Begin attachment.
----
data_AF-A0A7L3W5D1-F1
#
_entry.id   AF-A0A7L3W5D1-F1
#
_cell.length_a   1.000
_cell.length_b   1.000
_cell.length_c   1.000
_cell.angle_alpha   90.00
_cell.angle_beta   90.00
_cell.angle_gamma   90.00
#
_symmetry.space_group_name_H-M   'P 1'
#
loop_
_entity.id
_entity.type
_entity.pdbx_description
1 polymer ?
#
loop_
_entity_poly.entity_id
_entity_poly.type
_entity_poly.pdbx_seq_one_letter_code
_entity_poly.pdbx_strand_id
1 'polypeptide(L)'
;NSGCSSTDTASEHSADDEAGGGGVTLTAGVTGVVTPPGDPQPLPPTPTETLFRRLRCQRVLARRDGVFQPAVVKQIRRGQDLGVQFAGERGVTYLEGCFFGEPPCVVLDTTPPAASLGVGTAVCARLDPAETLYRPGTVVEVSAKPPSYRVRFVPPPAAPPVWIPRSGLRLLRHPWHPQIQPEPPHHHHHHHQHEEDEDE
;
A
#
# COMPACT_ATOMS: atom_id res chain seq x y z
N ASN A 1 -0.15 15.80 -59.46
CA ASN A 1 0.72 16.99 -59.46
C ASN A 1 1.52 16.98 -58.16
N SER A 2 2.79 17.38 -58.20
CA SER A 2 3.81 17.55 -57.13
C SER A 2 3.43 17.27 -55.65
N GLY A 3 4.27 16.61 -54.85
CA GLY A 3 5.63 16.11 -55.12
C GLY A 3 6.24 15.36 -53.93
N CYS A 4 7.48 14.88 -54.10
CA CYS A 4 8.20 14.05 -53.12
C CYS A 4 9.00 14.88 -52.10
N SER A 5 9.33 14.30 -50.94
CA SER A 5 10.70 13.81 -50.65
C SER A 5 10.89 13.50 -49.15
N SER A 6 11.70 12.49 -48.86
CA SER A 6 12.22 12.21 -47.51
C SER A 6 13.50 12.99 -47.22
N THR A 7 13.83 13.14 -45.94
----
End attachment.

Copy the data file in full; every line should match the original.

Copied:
data_AF-A0A7L3W5D1-F1
#
_entry.id   AF-A0A7L3W5D1-F1
#
_cell.length_a   1.000
_cell.length_b   1.000
_cell.length_c   1.000
_cell.angle_alpha   90.00
_cell.angle_beta   90.00
_cell.angle_gamma   90.00
#
_symmetry.space_group_name_H-M   'P 1'
#
loop_
_entity.id
_entity.type
_entity.pdbx_description
1 polymer ?
#
loop_
_entity_poly.entity_id
_entity_poly.type
_entity_poly.pdbx_seq_one_letter_code
_entity_poly.pdbx_strand_id
1 'polypeptide(L)'
;NSGCSSTDTASEHSADDEAGGGGVTLTAGVTGVVTPPGDPQPLPPTPTETLFRRLRCQRVLARRDGVFQPAVVKQIRRGQDLGVQFAGERGVTYLEGCFFGEPPCVVLDTTPPAASLGVGTAVCARLDPAETLYRPGTVVEVSAKPPSYRVRFVPPPAAPPVWIPRSGLRLLRHPWHPQIQPEPPHHHHHHHQHEEDEDE
;
A
#
# COMPACT_ATOMS: atom_id res chain seq x y z
N ASN A 1 -0.15 15.80 -59.46
CA ASN A 1 0.72 16.99 -59.46
C ASN A 1 1.52 16.98 -58.16
N SER A 2 2.79 17.38 -58.20
CA SER A 2 3.81 17.55 -57.13
C SER A 2 3.43 17.27 -55.65
N GLY A 3 4.27 16.61 -54.85
CA GLY A 3 5.63 16.11 -55.12
C GLY A 3 6.24 15.36 -53.93
N CYS A 4 7.48 14.88 -54.10
CA CYS A 4 8.20 14.05 -53.12
C CYS A 4 9.00 14.88 -52.10
N SER A 5 9.33 14.30 -50.94
CA SER A 5 10.70 13.81 -50.65
C SER A 5 10.89 13.50 -49.15
N SER A 6 11.70 12.49 -48.86
CA SER A 6 12.22 12.21 -47.51
C SER A 6 13.50 12.99 -47.22
N THR A 7 13.83 13.14 -45.94